For a long time, I doubted wether I shoud buy a Holga. I liked the pictures made with a Holga and the camera is pretty cheap, but did I really need another camera? And when I actually saw one in a photo shop (as opposed to on a stand alone picture in a web shop), it looked very big and clumsy to me. But in the end I succumbed. I bought the gorgeous plastic box camera that is now known among my friends as the big green monster.
It’s a simple beast. I have the CFN-version, with plastic lens and coloured flash (white, red, yellow and blue). In theory, has two apertures, cloudy and sunny. Due to a construction error, it only has the larger aperture (f13), flipping the aperture switch has no effect. Shutter time is either 1/100s of B. Included with the camera are two masks, either to fit 12 pictures on a standard 120 roll, of 16.
It took a bit of getting used to at first. The sponges that kept the film tight in the camera were immediately eaten by the first film I shot. Film is now being helt tight by some random bits of cardboard. Soon afterwards I found out that red-scale at a dark party was not a good choice in the Holga. Or any kind of low iso film in moderately dark situations. And when it is light enough, stubborn light leaks make covering the edges of the camera with black tape necessary.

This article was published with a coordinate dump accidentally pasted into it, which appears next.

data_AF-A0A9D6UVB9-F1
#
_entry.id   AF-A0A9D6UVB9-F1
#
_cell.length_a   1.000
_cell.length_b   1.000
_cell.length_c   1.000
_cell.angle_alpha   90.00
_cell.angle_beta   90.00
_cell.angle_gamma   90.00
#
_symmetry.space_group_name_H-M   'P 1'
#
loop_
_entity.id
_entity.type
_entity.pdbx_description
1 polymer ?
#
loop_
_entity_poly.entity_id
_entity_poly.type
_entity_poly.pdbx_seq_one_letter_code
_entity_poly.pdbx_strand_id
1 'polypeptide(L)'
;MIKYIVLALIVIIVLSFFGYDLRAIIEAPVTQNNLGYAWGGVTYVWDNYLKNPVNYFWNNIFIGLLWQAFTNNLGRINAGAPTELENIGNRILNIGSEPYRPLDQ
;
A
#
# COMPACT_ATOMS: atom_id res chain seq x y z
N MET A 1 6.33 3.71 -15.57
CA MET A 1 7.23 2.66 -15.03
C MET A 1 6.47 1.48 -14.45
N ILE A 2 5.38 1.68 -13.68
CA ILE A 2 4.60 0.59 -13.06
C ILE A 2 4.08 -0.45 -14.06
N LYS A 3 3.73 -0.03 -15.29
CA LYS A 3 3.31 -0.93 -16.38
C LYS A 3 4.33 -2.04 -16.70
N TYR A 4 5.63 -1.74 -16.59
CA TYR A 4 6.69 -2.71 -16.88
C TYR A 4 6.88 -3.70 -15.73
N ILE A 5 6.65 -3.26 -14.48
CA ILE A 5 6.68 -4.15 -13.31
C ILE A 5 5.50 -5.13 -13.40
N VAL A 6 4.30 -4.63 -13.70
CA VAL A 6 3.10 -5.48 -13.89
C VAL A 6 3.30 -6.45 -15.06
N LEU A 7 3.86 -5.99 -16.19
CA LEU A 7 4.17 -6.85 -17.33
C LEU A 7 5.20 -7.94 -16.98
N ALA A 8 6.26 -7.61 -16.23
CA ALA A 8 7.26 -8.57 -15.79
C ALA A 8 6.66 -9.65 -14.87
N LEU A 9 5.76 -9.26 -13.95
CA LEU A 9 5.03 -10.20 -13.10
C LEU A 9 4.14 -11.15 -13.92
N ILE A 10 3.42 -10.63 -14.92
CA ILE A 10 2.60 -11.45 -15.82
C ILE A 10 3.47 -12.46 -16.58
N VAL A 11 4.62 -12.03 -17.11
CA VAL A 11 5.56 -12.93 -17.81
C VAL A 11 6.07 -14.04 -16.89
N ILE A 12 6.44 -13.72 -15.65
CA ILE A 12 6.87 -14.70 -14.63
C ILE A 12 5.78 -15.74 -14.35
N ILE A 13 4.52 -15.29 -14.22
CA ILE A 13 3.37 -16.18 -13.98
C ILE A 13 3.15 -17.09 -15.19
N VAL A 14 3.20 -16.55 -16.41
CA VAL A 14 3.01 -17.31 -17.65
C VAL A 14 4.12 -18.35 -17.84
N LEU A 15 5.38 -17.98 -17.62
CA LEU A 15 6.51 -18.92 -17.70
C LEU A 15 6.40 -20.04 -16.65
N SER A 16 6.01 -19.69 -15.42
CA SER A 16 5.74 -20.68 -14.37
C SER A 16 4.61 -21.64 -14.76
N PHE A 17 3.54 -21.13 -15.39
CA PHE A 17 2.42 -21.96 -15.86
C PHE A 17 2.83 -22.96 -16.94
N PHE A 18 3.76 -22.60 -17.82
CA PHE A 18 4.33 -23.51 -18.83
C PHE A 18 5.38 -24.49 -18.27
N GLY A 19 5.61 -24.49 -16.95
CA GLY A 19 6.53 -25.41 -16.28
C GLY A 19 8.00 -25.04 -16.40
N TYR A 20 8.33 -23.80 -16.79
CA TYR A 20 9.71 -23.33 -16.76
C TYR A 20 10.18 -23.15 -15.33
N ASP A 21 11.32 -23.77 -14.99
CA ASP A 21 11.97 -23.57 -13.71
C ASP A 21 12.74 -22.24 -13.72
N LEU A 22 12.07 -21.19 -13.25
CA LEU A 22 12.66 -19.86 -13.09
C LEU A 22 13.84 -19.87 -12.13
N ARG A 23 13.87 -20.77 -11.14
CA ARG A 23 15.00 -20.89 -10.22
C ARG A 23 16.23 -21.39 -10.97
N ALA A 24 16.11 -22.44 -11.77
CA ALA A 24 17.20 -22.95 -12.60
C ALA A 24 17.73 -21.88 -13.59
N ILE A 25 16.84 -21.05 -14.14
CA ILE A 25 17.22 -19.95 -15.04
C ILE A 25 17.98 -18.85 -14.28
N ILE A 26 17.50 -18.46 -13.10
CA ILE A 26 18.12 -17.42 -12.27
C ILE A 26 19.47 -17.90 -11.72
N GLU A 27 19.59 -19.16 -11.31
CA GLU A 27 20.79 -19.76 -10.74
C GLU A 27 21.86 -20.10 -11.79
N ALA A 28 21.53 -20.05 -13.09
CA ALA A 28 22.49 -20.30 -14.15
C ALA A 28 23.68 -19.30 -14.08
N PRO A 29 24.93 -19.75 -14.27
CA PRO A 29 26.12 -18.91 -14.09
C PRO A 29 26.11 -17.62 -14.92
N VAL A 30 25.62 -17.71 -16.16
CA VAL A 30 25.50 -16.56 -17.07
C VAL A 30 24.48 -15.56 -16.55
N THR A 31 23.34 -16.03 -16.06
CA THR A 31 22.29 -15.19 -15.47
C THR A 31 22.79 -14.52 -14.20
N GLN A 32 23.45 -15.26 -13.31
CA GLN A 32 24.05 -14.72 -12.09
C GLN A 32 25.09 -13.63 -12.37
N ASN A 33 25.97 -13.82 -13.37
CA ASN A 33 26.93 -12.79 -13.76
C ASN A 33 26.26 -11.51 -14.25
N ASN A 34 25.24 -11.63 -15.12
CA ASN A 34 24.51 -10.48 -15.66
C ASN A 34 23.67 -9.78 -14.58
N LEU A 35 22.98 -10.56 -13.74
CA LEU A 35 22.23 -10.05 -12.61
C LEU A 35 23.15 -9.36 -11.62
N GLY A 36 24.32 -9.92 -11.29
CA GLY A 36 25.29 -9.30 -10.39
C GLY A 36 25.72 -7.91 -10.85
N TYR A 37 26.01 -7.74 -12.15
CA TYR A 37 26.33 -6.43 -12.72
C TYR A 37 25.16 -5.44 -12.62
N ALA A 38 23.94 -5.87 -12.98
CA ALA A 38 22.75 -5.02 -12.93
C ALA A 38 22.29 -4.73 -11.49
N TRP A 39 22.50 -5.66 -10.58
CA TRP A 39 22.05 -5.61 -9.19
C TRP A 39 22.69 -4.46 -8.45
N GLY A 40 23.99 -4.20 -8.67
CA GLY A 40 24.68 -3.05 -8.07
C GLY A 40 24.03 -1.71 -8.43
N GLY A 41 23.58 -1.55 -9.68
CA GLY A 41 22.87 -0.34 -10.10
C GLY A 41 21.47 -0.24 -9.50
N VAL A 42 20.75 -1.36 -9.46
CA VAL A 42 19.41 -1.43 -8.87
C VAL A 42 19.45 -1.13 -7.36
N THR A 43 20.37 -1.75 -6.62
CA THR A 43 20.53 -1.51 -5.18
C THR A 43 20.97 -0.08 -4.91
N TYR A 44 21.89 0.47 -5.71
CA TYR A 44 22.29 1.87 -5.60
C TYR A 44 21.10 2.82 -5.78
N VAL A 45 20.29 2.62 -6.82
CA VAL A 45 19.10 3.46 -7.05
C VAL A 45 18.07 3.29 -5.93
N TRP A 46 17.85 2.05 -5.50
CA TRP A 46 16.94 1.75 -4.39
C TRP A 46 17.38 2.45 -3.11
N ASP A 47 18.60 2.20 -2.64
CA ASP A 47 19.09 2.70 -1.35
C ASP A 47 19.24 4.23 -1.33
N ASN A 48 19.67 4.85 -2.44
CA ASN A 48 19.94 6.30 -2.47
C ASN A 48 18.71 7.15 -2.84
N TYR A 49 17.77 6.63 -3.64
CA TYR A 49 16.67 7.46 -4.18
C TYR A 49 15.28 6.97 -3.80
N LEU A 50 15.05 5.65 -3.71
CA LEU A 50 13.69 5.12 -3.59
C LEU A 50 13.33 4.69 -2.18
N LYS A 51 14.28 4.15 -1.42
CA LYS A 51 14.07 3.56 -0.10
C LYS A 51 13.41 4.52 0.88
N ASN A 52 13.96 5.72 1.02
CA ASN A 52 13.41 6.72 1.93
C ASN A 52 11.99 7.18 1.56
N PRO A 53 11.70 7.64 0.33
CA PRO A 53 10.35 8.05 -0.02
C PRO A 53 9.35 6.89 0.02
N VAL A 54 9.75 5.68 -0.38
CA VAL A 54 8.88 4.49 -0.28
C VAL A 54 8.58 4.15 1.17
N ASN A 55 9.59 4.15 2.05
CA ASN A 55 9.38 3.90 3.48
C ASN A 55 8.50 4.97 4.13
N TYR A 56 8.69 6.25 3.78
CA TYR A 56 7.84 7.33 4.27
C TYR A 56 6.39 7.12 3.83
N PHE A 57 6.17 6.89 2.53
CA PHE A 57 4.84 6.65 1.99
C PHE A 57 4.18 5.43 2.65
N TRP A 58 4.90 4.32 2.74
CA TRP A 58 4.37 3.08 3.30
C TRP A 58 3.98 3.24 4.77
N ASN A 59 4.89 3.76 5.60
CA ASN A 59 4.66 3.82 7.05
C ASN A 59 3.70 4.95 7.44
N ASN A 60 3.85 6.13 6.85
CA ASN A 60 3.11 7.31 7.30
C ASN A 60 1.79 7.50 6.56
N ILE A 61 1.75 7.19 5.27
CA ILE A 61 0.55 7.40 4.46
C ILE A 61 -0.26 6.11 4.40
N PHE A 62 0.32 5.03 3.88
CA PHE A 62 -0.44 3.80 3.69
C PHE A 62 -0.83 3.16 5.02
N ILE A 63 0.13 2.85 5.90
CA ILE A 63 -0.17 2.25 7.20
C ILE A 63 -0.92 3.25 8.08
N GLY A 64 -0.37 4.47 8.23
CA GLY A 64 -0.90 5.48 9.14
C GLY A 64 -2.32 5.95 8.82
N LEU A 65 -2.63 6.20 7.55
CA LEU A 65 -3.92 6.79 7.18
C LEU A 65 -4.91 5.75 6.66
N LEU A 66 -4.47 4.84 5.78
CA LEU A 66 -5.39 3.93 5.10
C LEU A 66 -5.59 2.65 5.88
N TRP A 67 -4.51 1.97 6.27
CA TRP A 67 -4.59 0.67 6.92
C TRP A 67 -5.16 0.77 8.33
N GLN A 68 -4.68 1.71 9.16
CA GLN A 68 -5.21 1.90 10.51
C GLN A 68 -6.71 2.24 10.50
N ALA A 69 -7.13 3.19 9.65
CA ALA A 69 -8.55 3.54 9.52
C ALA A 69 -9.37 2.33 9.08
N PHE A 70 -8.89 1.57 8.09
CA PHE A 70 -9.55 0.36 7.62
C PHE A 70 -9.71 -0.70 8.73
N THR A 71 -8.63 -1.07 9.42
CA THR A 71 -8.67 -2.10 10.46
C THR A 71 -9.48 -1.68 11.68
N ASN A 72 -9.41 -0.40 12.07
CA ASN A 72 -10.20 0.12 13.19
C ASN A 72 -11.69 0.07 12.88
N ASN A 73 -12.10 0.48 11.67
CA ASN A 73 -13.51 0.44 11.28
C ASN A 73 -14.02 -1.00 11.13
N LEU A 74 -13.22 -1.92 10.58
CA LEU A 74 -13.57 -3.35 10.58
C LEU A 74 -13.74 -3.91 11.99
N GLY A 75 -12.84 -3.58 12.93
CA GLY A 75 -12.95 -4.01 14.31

But soon enough, I got used to the peculiarities of my new treasure and my Holga became absolutely indispensable. For one thing, you can pull all the ususal Lomography tricks with the Holga: double exposures, microclicks, panoramas, colored flash, it’s all fun. But the real power of the Holga is in the fantastic plastic lens. A flashy party picture with different color layers is great, but my favorite Holga pictures are regular single pictures, with their unique dreamy appearance that no Instagram filter can equal.
It´s a great holiday camera, too: not only produces it great pictures, it’s also sturdy enough to be tossed about in a backpack, and the cheap plastic look doesn’t attract thieves.
The best spent 69 euros from 2012.